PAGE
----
Entropion in Dogs: Eyelids Folding Inward

Entropion in dogs occurs when the edges of the eyelid roll inward. Entropion is an inherited disorder that usually occurs in young puppies only a few months old. However, it can occur later in life. Entropion usually affects the lower eyelids more than the upper eyelids.

Risk Factors for Entropion Development

Entropion is a genetic disorder that causes a dog's eyelids to roll inward at the edges. This disorder usually appears in puppies, though it can develop in older dogs as well. Breeds vulnerable to entropion include the Labrador Retriever, Chow Chow, English Bulldog, Irish setter, St. Bernard, Great Dane and Chinese Shar-Pei.

Entropion can occur in older dogs as a result of eye disease. The pain and spasms associated with many eye diseases can cause changes in the eyelids. Injury to the eye or infection of the eye can contribute to entropion. Abnormal eyelashes and corneal ulcers can contribute to entropion as well.

Consequences of Entropion

When entropion occurs, the edge of the eyelid rolls inward. Since fur grows on the outside of your dog's eyelid, when the eyelid rolls inward your dog's fur rubs constantly against his cornea. This can cause great pain and damage to the eye.

Entropion occurs most often in the lower eyelids of both eyes, but it can affect the upper eyelids as well. Some dogs may experience ectropion, or outward rolling of the eyelid, as well. These dogs may have eyelids that roll inward at some points and outward at others.

Symptoms of Entropion

The primary symptom of entropion is inward rolling of the eyelid. The affected eyelid will be wet around the edges. Your dog may squint excessively and his eyes may water. Your dog may rub his eyes frequently and experience a thick, mucousy eye discharge.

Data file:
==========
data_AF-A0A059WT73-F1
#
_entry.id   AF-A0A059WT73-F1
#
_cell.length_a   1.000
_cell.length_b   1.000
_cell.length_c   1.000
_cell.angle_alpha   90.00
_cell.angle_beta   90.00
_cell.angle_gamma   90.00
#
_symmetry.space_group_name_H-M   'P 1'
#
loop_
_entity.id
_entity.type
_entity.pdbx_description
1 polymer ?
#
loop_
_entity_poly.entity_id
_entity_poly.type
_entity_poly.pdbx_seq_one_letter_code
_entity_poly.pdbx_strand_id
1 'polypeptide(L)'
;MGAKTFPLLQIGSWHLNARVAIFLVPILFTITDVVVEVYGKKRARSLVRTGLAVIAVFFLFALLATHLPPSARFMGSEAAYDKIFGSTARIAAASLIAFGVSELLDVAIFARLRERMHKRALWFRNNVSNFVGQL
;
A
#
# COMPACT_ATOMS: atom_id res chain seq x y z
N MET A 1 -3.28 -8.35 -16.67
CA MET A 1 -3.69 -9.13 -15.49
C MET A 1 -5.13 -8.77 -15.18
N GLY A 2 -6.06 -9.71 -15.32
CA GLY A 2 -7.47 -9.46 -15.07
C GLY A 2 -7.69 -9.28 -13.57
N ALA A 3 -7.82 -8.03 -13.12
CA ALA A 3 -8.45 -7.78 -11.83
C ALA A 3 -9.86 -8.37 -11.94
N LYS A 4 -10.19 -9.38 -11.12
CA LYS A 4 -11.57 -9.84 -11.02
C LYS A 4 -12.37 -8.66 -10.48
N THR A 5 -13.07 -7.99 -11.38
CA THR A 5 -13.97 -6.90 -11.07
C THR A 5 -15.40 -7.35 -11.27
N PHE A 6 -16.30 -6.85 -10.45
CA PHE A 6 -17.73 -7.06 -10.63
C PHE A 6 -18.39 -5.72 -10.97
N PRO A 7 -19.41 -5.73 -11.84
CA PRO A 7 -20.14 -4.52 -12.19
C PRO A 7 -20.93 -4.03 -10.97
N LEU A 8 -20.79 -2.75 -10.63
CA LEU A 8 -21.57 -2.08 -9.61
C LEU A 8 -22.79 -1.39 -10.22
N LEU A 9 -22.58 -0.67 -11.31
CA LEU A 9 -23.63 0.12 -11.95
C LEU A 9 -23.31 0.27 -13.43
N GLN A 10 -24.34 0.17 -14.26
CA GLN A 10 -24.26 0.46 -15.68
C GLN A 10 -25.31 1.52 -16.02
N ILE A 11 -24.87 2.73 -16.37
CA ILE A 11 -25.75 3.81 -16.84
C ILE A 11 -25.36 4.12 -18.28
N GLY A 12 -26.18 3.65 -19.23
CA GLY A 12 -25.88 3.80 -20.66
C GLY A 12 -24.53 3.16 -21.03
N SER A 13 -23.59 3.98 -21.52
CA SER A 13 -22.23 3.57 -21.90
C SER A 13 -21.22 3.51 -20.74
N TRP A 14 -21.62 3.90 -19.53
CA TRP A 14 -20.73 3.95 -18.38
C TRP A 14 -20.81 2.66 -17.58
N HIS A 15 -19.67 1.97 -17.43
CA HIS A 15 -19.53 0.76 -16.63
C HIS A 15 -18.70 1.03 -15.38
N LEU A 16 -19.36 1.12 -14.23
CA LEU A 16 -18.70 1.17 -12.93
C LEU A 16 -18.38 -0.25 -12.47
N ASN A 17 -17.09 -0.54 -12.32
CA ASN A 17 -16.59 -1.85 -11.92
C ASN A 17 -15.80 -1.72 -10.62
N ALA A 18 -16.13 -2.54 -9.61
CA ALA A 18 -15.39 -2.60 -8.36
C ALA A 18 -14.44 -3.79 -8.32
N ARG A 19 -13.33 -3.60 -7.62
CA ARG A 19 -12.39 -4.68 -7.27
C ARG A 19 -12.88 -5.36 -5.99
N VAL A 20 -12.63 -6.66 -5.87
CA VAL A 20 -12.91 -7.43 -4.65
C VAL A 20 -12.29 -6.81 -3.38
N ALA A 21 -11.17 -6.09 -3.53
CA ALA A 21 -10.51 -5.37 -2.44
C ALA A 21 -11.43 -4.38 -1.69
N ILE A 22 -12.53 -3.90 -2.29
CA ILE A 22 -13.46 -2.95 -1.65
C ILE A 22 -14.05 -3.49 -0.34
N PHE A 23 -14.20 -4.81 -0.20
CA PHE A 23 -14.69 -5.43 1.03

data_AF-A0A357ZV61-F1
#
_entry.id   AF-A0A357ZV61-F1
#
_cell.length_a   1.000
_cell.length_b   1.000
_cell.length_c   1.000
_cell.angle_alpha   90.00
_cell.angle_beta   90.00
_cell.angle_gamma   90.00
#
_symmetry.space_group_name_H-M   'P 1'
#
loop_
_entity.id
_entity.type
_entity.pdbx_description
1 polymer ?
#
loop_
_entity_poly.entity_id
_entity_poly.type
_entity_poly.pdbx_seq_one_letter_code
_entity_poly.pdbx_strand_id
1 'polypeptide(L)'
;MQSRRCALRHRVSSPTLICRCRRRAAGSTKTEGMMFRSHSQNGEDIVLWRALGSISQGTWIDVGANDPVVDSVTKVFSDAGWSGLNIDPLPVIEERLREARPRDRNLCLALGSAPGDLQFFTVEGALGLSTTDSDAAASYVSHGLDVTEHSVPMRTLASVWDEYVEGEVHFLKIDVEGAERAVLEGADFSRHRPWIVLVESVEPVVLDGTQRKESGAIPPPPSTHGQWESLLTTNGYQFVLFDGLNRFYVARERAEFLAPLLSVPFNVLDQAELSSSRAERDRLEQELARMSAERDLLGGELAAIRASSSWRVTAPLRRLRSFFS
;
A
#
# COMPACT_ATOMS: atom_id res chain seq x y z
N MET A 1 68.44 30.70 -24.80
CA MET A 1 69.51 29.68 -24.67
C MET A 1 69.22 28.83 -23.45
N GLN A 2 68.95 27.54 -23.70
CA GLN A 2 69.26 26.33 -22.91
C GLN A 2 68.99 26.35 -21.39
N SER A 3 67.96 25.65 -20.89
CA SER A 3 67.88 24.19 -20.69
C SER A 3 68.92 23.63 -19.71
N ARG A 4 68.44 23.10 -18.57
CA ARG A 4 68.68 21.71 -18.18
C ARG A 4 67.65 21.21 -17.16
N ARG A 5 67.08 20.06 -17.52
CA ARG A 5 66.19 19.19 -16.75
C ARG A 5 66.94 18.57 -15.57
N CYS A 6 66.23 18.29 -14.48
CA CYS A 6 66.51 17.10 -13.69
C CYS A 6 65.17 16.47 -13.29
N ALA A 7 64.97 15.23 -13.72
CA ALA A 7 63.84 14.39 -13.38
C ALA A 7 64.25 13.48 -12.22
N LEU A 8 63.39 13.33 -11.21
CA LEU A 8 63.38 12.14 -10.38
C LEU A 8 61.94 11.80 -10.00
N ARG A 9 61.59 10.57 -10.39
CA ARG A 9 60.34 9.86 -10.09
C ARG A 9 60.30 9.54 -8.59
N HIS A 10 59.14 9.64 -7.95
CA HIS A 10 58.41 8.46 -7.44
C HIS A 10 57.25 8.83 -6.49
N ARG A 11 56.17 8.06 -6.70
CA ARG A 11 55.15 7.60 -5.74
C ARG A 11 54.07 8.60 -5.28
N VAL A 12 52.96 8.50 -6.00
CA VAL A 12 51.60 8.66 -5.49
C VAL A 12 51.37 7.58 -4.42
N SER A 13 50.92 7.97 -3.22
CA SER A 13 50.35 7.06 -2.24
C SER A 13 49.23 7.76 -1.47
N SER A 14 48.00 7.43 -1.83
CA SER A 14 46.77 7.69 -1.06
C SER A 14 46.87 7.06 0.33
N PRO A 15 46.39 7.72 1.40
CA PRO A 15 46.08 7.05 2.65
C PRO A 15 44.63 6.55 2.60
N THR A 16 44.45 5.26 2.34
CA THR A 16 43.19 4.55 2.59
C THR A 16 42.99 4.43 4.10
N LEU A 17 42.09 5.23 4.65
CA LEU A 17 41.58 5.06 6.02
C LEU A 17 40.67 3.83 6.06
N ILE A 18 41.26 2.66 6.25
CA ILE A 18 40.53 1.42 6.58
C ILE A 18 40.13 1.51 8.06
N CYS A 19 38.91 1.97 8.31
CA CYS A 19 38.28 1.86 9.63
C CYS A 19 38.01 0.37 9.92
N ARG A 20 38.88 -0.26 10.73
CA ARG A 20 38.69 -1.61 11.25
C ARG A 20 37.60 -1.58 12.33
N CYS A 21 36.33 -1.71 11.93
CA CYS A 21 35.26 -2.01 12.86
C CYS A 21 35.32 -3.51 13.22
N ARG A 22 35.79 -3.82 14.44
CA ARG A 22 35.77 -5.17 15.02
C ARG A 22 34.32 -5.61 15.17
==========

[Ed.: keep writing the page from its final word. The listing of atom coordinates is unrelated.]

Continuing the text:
Diagnosing Entropion

Your vet should be able to diagnose entropion via a physical examination. The eyelids will be visibly rolled under. An eye exam may reveal ingrown eyelashes or abnormal hair growth on the eye. Your vet will also check for corneal ulcers.

Treating Entropion in Dogs

If your dog develops entropion, he'll need surgery to treat it. Make sure your dog receives this surgery from a vet who has plenty of experience in correcting entropion, since an improperly performed surgery can also have serious consequences for the health of your dog's eyes.

Surgical procedures for the treatment of entropion vary depending on the affected dog's age and the severity of the condition. Young dogs may need a procedure known as eyelid tacking to turn the eyelids outward and hold them in place as the dog grows. This procedure is used most often in dogs who display entropion from the time they first open their eyes. Dogs this young grow so quickly that eyelid tacking is often very effective in eliminating entropion.

In older dogs, surgery may involve removing skin from the eyelid near the eyelid margin. This procedure returns the lid to a normal position and can permanently restore function to the lid.